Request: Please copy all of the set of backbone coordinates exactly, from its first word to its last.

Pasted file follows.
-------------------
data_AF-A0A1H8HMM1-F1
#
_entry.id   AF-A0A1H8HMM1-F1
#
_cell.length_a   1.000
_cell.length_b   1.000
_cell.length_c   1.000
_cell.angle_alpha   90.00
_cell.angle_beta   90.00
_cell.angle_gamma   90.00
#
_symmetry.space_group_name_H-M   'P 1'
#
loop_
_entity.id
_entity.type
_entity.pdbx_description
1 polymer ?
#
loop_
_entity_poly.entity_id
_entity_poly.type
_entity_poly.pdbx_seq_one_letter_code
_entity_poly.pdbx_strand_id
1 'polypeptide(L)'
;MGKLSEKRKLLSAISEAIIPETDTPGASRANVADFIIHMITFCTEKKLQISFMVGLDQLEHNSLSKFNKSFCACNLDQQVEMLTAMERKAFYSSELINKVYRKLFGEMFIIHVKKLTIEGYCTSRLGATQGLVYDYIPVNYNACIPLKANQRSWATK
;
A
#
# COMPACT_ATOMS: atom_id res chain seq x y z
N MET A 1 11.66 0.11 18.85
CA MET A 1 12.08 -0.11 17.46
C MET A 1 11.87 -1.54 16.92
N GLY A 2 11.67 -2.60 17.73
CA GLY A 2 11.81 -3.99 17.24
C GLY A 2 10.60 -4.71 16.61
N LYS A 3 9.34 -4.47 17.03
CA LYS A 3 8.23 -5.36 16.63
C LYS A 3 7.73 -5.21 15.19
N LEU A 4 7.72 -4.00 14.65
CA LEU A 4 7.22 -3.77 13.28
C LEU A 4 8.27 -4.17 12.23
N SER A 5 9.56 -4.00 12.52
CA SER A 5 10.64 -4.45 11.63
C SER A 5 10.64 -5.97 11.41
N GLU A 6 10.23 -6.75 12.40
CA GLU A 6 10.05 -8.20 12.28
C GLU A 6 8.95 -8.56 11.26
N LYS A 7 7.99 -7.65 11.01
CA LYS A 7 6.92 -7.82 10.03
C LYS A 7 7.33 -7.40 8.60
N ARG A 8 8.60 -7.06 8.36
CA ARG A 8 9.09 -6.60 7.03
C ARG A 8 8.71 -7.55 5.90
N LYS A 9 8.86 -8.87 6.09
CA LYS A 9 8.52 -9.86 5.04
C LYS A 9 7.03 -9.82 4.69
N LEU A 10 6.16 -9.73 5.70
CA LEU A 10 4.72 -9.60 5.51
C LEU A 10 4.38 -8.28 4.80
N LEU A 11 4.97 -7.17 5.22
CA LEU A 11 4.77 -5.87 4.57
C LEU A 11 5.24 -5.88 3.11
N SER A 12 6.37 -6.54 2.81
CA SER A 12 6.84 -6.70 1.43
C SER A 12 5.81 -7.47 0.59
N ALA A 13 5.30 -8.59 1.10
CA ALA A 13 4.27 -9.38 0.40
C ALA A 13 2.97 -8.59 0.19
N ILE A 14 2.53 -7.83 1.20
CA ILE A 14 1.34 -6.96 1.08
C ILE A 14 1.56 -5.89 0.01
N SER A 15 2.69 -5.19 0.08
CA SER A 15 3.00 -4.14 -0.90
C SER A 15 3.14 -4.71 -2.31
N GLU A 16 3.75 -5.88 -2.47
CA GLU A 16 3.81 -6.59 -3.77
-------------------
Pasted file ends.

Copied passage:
data_AF-A0A1H8HMM1-F1
#
_entry.id   AF-A0A1H8HMM1-F1
#
_cell.length_a   1.000
_cell.length_b   1.000
_cell.length_c   1.000
_cell.angle_alpha   90.00
_cell.angle_beta   90.00
_cell.angle_gamma   90.00
#
_symmetry.space_group_name_H-M   'P 1'
#
loop_
_entity.id
_entity.type
_entity.pdbx_description
1 polymer ?
#
loop_
_entity_poly.entity_id
_entity_poly.type
_entity_poly.pdbx_seq_one_letter_code
_entity_poly.pdbx_strand_id
1 'polypeptide(L)'
;MGKLSEKRKLLSAISEAIIPETDTPGASRANVADFIIHMITFCTEKKLQISFMVGLDQLEHNSLSKFNKSFCACNLDQQVEMLTAMERKAFYSSELINKVYRKLFGEMFIIHVKKLTIEGYCTSRLGATQGLVYDYIPVNYNACIPLKANQRSWATK
;
A
#
# COMPACT_ATOMS: atom_id res chain seq x y z
N MET A 1 11.66 0.11 18.85
CA MET A 1 12.08 -0.11 17.46
C MET A 1 11.87 -1.54 16.92
N GLY A 2 11.67 -2.60 17.73
CA GLY A 2 11.81 -3.99 17.24
C GLY A 2 10.60 -4.71 16.61
N LYS A 3 9.34 -4.47 17.03
CA LYS A 3 8.23 -5.36 16.63
C LYS A 3 7.73 -5.21 15.19
N LEU A 4 7.72 -4.00 14.65
CA LEU A 4 7.22 -3.77 13.28
C LEU A 4 8.27 -4.17 12.23
N SER A 5 9.56 -4.00 12.52
CA SER A 5 10.64 -4.45 11.63
C SER A 5 10.64 -5.97 11.41
N GLU A 6 10.23 -6.75 12.40
CA GLU A 6 10.05 -8.20 12.28
C GLU A 6 8.95 -8.56 11.26
N LYS A 7 7.99 -7.65 11.01
CA LYS A 7 6.92 -7.82 10.03
C LYS A 7 7.33 -7.40 8.60
N ARG A 8 8.60 -7.06 8.36
CA ARG A 8 9.09 -6.60 7.03
C ARG A 8 8.71 -7.55 5.90
N LYS A 9 8.86 -8.87 6.09
CA LYS A 9 8.52 -9.86 5.04
C LYS A 9 7.03 -9.82 4.69
N LEU A 10 6.16 -9.73 5.70
CA LEU A 10 4.72 -9.60 5.51
C LEU A 10 4.38 -8.28 4.80
N LEU A 11 4.97 -7.17 5.22
CA LEU A 11 4.77 -5.87 4.57
C LEU A 11 5.24 -5.88 3.11
N SER A 12 6.37 -6.54 2.81
CA SER A 12 6.84 -6.70 1.43
C SER A 12 5.81 -7.47 0.59
N ALA A 13 5.30 -8.59 1.10
CA ALA A 13 4.27 -9.38 0.40
C ALA A 13 2.97 -8.59 0.19
N ILE A 14 2.53 -7.83 1.20
CA ILE A 14 1.34 -6.96 1.08
C ILE A 14 1.56 -5.89 0.01
N SER A 15 2.69 -5.19 0.08
CA SER A 15 3.00 -4.14 -0.90
C SER A 15 3.14 -4.71 -2.31
N GLU A 16 3.75 -5.88 -2.47
CA GLU A 16 3.81 -6.59 -3.77